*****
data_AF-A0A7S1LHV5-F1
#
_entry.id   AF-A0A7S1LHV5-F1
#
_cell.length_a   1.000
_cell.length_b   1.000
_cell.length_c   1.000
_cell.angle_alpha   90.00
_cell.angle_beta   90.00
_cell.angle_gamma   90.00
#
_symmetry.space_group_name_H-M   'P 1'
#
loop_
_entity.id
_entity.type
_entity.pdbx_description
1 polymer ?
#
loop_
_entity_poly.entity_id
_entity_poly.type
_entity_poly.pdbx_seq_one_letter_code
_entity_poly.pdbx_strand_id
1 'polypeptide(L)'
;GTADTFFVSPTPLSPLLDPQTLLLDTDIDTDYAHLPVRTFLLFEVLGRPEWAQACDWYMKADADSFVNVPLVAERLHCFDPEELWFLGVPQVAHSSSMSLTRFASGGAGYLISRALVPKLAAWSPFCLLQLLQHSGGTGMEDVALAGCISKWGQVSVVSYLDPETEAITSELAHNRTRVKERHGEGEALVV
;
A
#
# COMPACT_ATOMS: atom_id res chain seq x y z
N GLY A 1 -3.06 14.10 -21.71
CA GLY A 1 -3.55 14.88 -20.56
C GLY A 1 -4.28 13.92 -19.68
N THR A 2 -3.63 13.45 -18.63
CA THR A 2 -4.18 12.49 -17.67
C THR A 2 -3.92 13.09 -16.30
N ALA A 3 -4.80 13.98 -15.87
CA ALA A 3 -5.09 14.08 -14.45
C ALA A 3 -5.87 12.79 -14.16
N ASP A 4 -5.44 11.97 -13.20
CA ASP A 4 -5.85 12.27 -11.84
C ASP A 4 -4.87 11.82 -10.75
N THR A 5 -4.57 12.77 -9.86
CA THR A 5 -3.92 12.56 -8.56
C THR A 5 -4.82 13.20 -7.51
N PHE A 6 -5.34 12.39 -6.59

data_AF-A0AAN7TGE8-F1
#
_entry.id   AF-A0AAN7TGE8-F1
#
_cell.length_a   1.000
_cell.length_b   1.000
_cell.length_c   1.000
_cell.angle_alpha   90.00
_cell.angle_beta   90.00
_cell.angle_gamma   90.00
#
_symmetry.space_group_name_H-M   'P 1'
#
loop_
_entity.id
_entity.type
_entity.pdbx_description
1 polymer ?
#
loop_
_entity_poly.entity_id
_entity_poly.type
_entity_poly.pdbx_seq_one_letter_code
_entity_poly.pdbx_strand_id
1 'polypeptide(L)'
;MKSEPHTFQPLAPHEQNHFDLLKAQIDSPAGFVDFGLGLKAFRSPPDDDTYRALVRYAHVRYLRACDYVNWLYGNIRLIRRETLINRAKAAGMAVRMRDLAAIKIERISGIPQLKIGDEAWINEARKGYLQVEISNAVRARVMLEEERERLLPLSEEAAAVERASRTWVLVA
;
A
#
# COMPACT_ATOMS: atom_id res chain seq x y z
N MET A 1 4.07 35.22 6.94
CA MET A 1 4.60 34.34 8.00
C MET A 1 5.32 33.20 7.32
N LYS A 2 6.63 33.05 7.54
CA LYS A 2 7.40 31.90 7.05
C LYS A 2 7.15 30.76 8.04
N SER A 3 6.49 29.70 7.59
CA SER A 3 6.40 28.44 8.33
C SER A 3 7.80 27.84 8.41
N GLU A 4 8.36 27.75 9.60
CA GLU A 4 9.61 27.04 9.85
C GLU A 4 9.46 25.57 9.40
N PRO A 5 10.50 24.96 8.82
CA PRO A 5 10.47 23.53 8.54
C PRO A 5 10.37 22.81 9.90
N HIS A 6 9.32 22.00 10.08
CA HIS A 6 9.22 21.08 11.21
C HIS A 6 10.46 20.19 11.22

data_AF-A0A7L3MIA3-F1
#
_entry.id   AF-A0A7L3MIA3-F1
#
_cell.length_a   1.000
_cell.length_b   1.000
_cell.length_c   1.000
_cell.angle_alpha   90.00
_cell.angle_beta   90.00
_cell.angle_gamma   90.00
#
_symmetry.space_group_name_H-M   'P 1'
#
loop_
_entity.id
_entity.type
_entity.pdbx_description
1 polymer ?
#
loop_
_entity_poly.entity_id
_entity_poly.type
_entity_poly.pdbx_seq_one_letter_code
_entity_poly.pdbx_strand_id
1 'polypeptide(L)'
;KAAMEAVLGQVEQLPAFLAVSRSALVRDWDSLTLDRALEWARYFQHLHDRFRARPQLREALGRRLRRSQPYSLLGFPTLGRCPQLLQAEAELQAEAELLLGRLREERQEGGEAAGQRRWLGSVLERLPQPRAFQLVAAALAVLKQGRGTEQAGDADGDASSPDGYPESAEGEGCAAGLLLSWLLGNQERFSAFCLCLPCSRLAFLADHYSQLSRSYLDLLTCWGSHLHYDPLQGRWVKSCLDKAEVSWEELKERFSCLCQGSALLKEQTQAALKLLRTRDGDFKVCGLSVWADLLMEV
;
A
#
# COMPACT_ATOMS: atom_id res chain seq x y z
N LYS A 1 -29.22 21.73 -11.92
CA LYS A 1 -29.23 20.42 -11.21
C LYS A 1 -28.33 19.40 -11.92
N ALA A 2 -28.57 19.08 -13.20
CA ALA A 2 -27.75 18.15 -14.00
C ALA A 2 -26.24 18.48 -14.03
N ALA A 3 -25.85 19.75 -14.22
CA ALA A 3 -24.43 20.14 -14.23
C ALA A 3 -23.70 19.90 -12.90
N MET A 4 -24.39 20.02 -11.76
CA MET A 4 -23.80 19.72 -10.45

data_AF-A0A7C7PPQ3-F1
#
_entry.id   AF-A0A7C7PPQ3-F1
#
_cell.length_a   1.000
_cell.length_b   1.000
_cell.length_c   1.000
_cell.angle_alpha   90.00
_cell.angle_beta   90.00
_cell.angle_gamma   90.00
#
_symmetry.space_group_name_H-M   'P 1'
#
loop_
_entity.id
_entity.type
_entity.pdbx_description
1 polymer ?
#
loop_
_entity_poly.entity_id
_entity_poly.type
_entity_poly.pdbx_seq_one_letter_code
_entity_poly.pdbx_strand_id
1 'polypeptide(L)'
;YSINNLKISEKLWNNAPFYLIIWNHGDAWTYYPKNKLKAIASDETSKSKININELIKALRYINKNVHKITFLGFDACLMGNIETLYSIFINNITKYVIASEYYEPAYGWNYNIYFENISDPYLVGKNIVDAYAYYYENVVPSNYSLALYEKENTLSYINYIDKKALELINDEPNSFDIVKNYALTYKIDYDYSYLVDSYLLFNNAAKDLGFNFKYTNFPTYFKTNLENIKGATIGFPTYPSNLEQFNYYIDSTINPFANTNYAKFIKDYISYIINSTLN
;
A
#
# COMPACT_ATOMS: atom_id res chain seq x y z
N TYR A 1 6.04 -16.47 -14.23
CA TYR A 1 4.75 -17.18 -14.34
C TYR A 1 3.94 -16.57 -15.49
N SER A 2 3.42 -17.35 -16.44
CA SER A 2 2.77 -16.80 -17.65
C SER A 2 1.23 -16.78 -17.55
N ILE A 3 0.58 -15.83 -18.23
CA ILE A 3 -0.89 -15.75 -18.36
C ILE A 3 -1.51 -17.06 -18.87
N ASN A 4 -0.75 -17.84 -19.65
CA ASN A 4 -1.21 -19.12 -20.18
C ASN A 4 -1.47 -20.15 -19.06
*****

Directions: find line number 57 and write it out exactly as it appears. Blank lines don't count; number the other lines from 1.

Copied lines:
#